OPINION | Permanently remove political control from Guam Memorial Hospital management

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HAGÅTÑA  — The present issues with Covid-19 that are facing the island have brought many weaknesses in our government to the surface.

Weaknesses that have existed for years, but which otherwise would have gone unaddressed and unnoticed by the general population.

One of the most recent issues are the problems at Guam Memorial Hospital as it relates to the recent release of the Centers for Medicare and Medicaid report and the deaths associated with the same. The report brought out some terrible weaknesses at the hospital at the worst possible time.

It did not, however, touch on so many other inherent structural and management weaknesses that exist.

For this writer, it also raised the question of why there has been such public silence on the part of the governor relative to the offer by the U.S. Navy for assistance in the form of the mobile hospital units (capable of numerous negative pressure rooms) that were offered by Rear Adm. John Menoni, basically for simply asking.

Acceptance of the admiral's offer would take a significant load off the shoulders of the existing hospital and staff relative to Covid-19 patients.

It would also bring potential closure to one of the primary reasons for holding the majority of the island business community hostage in Pandemic Condition of Readiness 1.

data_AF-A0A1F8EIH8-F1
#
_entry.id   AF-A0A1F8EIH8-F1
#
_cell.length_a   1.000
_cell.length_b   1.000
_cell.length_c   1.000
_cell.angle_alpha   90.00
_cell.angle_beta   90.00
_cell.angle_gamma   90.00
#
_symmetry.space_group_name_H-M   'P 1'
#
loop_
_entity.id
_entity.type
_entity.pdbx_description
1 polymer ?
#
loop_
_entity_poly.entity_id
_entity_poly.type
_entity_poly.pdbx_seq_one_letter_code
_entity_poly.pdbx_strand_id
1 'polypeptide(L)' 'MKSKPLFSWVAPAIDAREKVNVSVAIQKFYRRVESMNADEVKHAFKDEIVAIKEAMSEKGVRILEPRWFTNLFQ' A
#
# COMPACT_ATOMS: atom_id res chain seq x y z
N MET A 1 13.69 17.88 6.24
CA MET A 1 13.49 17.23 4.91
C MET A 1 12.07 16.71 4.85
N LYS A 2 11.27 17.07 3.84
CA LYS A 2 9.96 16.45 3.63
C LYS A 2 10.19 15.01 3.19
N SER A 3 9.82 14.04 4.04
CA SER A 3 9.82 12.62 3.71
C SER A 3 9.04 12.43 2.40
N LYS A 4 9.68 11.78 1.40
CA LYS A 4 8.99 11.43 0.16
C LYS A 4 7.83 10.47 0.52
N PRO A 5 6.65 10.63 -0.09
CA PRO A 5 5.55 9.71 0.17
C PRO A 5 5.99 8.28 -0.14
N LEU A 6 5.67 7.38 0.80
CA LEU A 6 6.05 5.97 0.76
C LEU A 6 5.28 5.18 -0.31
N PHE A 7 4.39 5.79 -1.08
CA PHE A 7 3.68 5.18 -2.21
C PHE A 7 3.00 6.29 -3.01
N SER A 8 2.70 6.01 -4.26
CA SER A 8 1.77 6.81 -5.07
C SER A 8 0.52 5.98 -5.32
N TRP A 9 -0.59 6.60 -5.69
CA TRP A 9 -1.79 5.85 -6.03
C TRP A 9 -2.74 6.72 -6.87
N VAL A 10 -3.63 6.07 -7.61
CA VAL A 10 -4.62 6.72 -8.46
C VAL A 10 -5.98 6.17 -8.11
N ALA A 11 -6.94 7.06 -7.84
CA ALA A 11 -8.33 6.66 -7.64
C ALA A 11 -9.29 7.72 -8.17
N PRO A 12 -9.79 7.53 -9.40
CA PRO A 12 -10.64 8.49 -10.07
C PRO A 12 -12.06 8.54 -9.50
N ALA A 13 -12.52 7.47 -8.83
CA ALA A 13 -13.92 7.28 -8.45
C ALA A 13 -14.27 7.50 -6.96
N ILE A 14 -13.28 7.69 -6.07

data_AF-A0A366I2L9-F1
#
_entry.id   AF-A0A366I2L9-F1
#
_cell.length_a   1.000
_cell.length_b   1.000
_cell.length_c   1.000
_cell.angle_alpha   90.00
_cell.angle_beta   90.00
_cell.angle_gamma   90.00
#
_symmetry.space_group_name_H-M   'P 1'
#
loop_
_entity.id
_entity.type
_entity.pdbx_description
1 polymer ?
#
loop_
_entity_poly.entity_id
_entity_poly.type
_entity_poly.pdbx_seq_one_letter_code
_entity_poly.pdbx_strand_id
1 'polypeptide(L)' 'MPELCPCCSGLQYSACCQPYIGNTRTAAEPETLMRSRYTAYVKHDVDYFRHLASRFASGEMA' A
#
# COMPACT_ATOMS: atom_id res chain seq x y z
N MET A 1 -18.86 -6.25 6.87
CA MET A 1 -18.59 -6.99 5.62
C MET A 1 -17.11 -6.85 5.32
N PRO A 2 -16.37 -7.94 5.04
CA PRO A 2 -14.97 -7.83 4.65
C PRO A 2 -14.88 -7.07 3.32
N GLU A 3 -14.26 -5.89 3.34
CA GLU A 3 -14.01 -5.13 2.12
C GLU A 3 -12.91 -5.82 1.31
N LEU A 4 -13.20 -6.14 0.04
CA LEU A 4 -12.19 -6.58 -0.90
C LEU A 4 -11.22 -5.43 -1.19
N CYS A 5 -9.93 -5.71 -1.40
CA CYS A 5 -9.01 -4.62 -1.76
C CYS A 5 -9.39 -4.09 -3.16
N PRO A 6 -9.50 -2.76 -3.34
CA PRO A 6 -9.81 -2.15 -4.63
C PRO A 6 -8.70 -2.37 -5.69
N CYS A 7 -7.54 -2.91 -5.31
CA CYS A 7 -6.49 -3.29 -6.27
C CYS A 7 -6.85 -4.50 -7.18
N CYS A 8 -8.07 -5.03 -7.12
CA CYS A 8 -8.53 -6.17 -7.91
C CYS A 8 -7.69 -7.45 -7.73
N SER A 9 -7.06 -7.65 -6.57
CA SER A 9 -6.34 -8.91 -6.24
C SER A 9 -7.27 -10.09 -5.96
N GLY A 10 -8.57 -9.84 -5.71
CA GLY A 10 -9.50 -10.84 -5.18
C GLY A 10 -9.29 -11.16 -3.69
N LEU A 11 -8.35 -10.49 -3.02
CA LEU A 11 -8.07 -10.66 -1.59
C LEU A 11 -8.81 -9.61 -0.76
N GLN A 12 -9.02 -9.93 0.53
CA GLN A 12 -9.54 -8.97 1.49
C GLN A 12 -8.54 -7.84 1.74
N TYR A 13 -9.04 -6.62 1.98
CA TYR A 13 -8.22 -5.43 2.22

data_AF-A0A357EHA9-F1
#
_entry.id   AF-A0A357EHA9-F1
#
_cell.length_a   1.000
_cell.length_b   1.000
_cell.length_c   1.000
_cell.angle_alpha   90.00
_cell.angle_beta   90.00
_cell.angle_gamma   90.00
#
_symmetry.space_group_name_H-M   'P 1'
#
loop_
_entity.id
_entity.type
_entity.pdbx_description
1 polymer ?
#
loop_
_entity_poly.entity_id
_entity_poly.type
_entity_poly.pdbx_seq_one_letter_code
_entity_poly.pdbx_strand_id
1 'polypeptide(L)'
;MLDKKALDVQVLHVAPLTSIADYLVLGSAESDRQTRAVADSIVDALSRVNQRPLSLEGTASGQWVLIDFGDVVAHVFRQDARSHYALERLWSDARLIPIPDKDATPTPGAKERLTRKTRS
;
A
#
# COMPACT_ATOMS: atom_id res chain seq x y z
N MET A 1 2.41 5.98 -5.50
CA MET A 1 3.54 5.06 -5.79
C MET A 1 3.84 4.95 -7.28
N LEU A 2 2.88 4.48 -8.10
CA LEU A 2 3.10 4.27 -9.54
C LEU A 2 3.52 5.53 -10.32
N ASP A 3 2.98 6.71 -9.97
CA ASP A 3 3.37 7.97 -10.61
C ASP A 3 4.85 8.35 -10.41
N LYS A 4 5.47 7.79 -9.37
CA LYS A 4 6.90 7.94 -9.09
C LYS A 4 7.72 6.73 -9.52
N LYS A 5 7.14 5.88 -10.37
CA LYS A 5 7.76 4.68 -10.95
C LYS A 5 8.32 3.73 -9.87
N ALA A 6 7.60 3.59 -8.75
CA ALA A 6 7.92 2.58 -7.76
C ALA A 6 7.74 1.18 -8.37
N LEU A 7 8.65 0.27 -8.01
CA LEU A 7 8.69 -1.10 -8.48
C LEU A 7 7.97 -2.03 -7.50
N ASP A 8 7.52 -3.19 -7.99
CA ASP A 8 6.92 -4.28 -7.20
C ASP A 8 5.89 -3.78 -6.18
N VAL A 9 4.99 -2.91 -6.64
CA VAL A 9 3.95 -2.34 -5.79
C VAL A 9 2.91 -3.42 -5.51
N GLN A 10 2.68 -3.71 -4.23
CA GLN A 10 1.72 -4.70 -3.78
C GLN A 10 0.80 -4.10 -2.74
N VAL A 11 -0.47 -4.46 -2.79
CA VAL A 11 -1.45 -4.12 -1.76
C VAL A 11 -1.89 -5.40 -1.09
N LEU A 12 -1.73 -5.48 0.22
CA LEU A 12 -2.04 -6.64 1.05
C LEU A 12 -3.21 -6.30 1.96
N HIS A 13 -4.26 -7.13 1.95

Guam Memorial Hospital has been plagued by political interference for as long as I have lived on Guam (since 1968). Those problems started with the old GMH, continued through to the Catholic Medical Center and up to and including GMH today.

Community hospitals are rarely, if ever, profitable. They traditionally require some form of ongoing support from the taxpayers and local government.

The best-run local hospitals are normally privately managed and even then, require ongoing taxpayer financial support in order to be properly maintained and operated in line with CMS and Joint Commission on Accreditation of Healthcare Organizations guidelines.

Fortunately for Guam, a recent recommendation from the Army Corps of Engineers recommended the replacement of the existing hospital. This is something that has been discussed for far too long with little to no forward movement.

Some creative efforts using the Corps assessment of the existing hospital in combination with seeking assistance through the Stafford Act may well afford Guam the opportunity to build a badly needed new hospital facility.

This is the same act that apparently brought recent Federal Emergency Management Agency funds to Guam for the extension of employment assistance to far too many of our citizens in the civilian community who are currently unemployed or underemployed.

They may even look to building that hospital in the area of the University of Guam, and that would lend itself to possibly making the new hospital a potential teaching facility and, as such, eligible for further federal funding for Guam and the region.

Guam Sen. James C. Moylan has introduced Bill 305-35 to authorize the Board of Trustees of the Guam Memorial Hospital Authority to prepare a request for proposals for a performance management contract in the management of Guam Memorial Hospital.

Whatever is done, moving forward we must permanently remove political control from the management side of the existing Guam Memorial Hospital and ensure that it is incapable of creeping back into any new facility that is built for the people of Guam.


Lee P. Webber is a former president and publisher of media organizations on Guam and Hawaii, former director of operations for USA Today International/Asia, and a longtime business and civic leader on Guam.

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